• What do you believe is the author’s purpose for writing this title?
  • How does Beverly’s story fit the theme of “Growing to Greatness”?
  • How is children literature different now than it was during Beverly’s childhood?

Flagged Passages: 

Read This If You Love: Beverly Cleary!; Picture book biographies about writers such as Some Writer! by Melissa Sweet; A Boy, A Mouse, and a Spider by Barbara Herkert; A River of Words by Jennifer Bryant; Papa is a Poet by Natalie S. Bober

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Don’t miss out on other nonfiction picture books! Check out Kid Lit Frenzy’s Nonfiction Picture Book Challenge: 

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Moonshot: The Flight of Apollo 11
Author: Brian Floca
Published April 7, 2009 by Atheneum

Summary: Simply told, grandly shown, here is the flight of Apollo 11. Here for a new generation of readers and explorers are the steady astronauts, clicking themselves into gloves and helmets, strapping themselves into sideways seats. Here are their great machines in all their detail and monumentality, the ROAR of rockets, and the silence of the Moon. Here is a story of adventure and discovery—a story of leaving and returning during the summer of 1969, and a story of home, seen whole, from far away.

Praise:

“Like the astronauts’ own photographs, [Floca’s] expansive, heart-stopping images convey the unfathomable beauty of both the bright, dusty moon and the blue jewel of Earth.” –New York Times Book Review, July 1, 2019

Ricki’s Review: I thought I knew a lot about the Apollo 11. This book made me realize that I had so much to learn. My sons and I cuddled in one of their beds and read this one together. I whisper-read it because it felt too beautiful to read in a voice that was any louder. My kids followed this model and whisper-asked questions in awe. This book is a masterpiece. There are so many books out there about the Apollo 11, and although I haven’t read them all, I feel confident when I say that this is the best on out there. The illustrations are captivating, the story includes just the right amount of science, and the words dance on the pages.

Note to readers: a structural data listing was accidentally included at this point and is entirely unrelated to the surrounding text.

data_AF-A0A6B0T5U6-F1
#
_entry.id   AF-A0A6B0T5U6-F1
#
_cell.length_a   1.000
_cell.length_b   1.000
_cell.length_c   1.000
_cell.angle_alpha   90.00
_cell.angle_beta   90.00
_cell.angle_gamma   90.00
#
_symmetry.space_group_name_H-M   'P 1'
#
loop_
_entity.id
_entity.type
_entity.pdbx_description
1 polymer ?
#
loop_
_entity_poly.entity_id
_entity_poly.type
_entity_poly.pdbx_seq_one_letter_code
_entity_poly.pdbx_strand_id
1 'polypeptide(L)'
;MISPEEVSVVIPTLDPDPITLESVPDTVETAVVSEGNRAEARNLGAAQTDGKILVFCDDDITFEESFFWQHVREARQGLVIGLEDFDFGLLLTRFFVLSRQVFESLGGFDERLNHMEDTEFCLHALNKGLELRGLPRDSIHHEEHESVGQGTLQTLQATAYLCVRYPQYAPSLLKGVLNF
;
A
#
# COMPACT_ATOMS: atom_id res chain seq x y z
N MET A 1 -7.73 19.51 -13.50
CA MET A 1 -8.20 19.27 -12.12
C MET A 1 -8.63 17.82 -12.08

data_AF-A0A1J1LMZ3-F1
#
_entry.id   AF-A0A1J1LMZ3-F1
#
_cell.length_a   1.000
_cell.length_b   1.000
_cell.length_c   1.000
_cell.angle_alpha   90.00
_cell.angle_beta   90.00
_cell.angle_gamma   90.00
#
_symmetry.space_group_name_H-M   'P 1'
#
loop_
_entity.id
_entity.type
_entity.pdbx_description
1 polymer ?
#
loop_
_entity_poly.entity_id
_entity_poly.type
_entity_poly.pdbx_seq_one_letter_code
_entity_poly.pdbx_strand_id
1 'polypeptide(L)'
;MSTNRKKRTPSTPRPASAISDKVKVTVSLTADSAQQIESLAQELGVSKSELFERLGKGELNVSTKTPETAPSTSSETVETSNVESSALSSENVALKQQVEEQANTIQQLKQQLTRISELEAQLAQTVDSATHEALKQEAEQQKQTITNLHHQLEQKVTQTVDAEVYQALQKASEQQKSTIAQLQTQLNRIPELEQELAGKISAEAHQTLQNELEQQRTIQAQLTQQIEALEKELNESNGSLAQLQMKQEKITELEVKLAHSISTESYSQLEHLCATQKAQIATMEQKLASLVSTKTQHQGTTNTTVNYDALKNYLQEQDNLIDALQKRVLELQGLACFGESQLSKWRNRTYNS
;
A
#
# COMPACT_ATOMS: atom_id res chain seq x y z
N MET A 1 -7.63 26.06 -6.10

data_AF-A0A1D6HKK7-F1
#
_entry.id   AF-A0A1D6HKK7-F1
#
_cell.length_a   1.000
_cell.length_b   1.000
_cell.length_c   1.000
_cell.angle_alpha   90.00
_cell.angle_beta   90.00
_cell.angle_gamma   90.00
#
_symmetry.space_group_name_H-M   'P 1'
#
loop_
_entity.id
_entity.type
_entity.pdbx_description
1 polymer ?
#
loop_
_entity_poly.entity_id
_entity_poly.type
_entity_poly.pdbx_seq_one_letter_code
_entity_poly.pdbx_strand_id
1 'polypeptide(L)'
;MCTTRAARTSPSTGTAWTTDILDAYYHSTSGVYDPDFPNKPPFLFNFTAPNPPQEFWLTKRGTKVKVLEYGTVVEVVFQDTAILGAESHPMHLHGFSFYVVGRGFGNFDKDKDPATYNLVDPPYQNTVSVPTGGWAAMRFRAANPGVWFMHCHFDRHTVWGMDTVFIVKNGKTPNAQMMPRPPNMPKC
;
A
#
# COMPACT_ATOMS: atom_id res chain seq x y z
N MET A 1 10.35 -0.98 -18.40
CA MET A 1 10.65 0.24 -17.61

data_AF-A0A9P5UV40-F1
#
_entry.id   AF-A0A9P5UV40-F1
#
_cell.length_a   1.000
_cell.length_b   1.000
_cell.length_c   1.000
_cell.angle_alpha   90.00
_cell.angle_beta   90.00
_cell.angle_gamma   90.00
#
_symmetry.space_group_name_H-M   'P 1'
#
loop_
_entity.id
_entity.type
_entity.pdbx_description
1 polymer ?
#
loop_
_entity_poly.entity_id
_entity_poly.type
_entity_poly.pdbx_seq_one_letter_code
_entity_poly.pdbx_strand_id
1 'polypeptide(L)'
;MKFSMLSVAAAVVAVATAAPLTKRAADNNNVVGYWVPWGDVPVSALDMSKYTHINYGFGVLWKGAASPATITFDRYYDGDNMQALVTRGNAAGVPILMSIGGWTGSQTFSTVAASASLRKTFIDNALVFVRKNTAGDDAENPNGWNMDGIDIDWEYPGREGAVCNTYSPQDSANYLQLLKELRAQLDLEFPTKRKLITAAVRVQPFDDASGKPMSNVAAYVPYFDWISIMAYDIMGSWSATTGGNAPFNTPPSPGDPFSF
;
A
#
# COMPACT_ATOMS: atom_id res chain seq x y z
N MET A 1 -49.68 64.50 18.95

Kellee’s Review: I love reading about space and have read dozens and dozens of picture books with my son about the topic. This book stands out from the rest. Brian Floca masterfully creates a story that is both engaging and scientifically accurate. This book offers so many possibilities for the classroom for teachers. The words are written in a poetic format which makes the pages easy to read and an excellent balance with the stunning illustrations. If you read just one book about the Apollo 11 this summer, let it be this one. It will knock you off of your feet.

Teachers’ Tools for Navigation: Our minds were buzzing with possibilities after reading this text. Teachers might use this book at the center of a unit on space, or they might use it to catapult students into research studies about any topic of science. We can see this book in classrooms from pre-k through high school. It could be used as a creative writing mentor text or as a text at the start of a high school science unit. It beautifully balances scientific information with narrative, so we think it would be incredibly appealing to teachers of all content areas and grade levels.

 Discussion Questions: 

  • What did you learn about the Apollo 11?
  • How is the information in this book similar or different from what you already knew about the Apollo 11?
  • Why do you think the author chose the poetic format for the words?
  • How do the illustrations add to your understanding of the text?

Flagged Spread: 

Read This If You Love: Moon by Stacy McAnultyThe Sun is Kind of a Big Deal by Nick Seluk, Once Upon a Star by James Carter, Space Encyclopedia by David AguilarYou Choose In Space by Pippa GoodhartA Big Mooncake for Little Star by Grace Lin, Star Stuff by Stephanie Roth Sisson

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**Thank you to Audrey at Simon & Schuster for providing copies of the book for review!!**